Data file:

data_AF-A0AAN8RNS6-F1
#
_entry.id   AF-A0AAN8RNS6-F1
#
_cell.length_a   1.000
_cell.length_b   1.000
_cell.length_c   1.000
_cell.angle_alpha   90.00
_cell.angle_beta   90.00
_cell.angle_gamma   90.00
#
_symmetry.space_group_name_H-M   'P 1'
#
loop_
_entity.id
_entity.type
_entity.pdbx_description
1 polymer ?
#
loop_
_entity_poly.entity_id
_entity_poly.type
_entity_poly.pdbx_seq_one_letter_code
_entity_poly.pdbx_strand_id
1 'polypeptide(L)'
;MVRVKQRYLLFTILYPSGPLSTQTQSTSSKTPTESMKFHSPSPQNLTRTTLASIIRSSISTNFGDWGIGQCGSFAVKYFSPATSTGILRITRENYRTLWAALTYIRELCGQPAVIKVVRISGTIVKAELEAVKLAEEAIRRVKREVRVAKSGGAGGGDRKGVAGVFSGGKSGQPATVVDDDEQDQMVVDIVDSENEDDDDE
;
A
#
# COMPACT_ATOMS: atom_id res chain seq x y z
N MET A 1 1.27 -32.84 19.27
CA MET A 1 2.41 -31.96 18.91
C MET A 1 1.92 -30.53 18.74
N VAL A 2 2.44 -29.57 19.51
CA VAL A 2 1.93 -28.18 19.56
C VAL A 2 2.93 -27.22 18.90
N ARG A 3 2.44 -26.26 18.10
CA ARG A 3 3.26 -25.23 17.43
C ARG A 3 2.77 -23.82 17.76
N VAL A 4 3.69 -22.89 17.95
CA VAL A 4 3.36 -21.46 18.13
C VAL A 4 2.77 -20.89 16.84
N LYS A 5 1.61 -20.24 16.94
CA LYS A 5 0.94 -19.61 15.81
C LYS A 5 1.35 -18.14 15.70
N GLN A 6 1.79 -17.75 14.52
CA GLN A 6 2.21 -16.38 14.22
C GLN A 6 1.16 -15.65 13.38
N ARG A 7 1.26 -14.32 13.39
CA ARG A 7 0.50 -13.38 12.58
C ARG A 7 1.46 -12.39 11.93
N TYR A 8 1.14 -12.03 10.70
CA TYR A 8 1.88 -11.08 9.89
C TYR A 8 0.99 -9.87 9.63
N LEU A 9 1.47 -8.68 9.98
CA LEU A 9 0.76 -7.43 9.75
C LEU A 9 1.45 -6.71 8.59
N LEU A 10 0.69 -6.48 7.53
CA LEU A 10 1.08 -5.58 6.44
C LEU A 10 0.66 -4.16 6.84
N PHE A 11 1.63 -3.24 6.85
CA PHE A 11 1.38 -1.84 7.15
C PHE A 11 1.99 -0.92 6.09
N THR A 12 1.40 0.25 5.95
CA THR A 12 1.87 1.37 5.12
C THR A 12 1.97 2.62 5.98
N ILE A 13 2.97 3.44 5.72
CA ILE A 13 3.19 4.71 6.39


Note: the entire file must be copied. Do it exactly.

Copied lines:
data_AF-A0AAN8RNS6-F1
#
_entry.id   AF-A0AAN8RNS6-F1
#
_cell.length_a   1.000
_cell.length_b   1.000
_cell.length_c   1.000
_cell.angle_alpha   90.00
_cell.angle_beta   90.00
_cell.angle_gamma   90.00
#
_symmetry.space_group_name_H-M   'P 1'
#
loop_
_entity.id
_entity.type
_entity.pdbx_description
1 polymer ?
#
loop_
_entity_poly.entity_id
_entity_poly.type
_entity_poly.pdbx_seq_one_letter_code
_entity_poly.pdbx_strand_id
1 'polypeptide(L)'
;MVRVKQRYLLFTILYPSGPLSTQTQSTSSKTPTESMKFHSPSPQNLTRTTLASIIRSSISTNFGDWGIGQCGSFAVKYFSPATSTGILRITRENYRTLWAALTYIRELCGQPAVIKVVRISGTIVKAELEAVKLAEEAIRRVKREVRVAKSGGAGGGDRKGVAGVFSGGKSGQPATVVDDDEQDQMVVDIVDSENEDDDDE
;
A
#
# COMPACT_ATOMS: atom_id res chain seq x y z
N MET A 1 1.27 -32.84 19.27
CA MET A 1 2.41 -31.96 18.91
C MET A 1 1.92 -30.53 18.74
N VAL A 2 2.44 -29.57 19.51
CA VAL A 2 1.93 -28.18 19.56
C VAL A 2 2.93 -27.22 18.90
N ARG A 3 2.44 -26.26 18.10
CA ARG A 3 3.26 -25.23 17.43
C ARG A 3 2.77 -23.82 17.76
N VAL A 4 3.69 -22.89 17.95
CA VAL A 4 3.36 -21.46 18.13
C VAL A 4 2.77 -20.89 16.84
N LYS A 5 1.61 -20.24 16.94
CA LYS A 5 0.94 -19.61 15.81
C LYS A 5 1.35 -18.14 15.70
N GLN A 6 1.79 -17.75 14.52
CA GLN A 6 2.21 -16.38 14.22
C GLN A 6 1.16 -15.65 13.38
N ARG A 7 1.26 -14.32 13.39
CA ARG A 7 0.50 -13.38 12.58
C ARG A 7 1.46 -12.39 11.93
N TYR A 8 1.14 -12.03 10.70
CA TYR A 8 1.88 -11.08 9.89
C TYR A 8 0.99 -9.87 9.63
N LEU A 9 1.47 -8.68 9.98
CA LEU A 9 0.76 -7.43 9.75
C LEU A 9 1.45 -6.71 8.59
N LEU A 10 0.69 -6.48 7.53
CA LEU A 10 1.08 -5.58 6.44
C LEU A 10 0.66 -4.16 6.84
N PHE A 11 1.63 -3.24 6.85
CA PHE A 11 1.38 -1.84 7.15
C PHE A 11 1.99 -0.92 6.09
N THR A 12 1.40 0.25 5.95
CA THR A 12 1.87 1.37 5.12
C THR A 12 1.97 2.62 5.98
N ILE A 13 2.97 3.44 5.72
CA ILE A 13 3.19 4.71 6.39